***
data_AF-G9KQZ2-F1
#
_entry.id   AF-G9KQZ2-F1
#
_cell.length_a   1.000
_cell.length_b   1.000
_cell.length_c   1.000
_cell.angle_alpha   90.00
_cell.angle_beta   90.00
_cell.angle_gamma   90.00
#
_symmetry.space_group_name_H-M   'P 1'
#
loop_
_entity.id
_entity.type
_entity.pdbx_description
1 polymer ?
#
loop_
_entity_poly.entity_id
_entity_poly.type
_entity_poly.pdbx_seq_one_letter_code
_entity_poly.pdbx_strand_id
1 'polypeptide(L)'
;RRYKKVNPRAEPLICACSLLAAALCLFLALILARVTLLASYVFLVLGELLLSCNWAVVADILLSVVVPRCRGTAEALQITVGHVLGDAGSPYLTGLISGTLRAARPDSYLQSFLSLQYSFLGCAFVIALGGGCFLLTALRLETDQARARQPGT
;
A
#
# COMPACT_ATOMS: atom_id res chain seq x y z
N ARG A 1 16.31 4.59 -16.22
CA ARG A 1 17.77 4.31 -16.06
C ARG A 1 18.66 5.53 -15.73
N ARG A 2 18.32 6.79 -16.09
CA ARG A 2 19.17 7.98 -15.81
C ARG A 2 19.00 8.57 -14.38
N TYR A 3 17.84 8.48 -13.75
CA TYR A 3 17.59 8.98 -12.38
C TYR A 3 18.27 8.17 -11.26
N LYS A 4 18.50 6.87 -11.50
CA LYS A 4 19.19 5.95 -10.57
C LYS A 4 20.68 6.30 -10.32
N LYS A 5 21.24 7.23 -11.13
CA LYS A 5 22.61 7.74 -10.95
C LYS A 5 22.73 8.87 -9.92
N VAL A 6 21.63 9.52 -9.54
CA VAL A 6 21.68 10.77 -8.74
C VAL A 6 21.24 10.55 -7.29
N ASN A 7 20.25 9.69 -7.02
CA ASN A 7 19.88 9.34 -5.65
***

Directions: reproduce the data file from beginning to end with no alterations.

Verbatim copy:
data_AF-G9KQZ2-F1
#
_entry.id   AF-G9KQZ2-F1
#
_cell.length_a   1.000
_cell.length_b   1.000
_cell.length_c   1.000
_cell.angle_alpha   90.00
_cell.angle_beta   90.00
_cell.angle_gamma   90.00
#
_symmetry.space_group_name_H-M   'P 1'
#
loop_
_entity.id
_entity.type
_entity.pdbx_description
1 polymer ?
#
loop_
_entity_poly.entity_id
_entity_poly.type
_entity_poly.pdbx_seq_one_letter_code
_entity_poly.pdbx_strand_id
1 'polypeptide(L)'
;RRYKKVNPRAEPLICACSLLAAALCLFLALILARVTLLASYVFLVLGELLLSCNWAVVADILLSVVVPRCRGTAEALQITVGHVLGDAGSPYLTGLISGTLRAARPDSYLQSFLSLQYSFLGCAFVIALGGGCFLLTALRLETDQARARQPGT
;
A
#
# COMPACT_ATOMS: atom_id res chain seq x y z
N ARG A 1 16.31 4.59 -16.22
CA ARG A 1 17.77 4.31 -16.06
C ARG A 1 18.66 5.53 -15.73
N ARG A 2 18.32 6.79 -16.09
CA ARG A 2 19.17 7.98 -15.81
C ARG A 2 19.00 8.57 -14.38
N TYR A 3 17.84 8.48 -13.75
CA TYR A 3 17.59 8.98 -12.38
C TYR A 3 18.27 8.17 -11.26
N LYS A 4 18.50 6.87 -11.50
CA LYS A 4 19.19 5.95 -10.57
C LYS A 4 20.68 6.30 -10.32
N LYS A 5 21.24 7.23 -11.13
CA LYS A 5 22.61 7.74 -10.95
C LYS A 5 22.73 8.87 -9.92
N VAL A 6 21.63 9.52 -9.54
CA VAL A 6 21.68 10.77 -8.74
C VAL A 6 21.24 10.55 -7.29
N ASN A 7 20.25 9.69 -7.02
CA ASN A 7 19.88 9.34 -5.65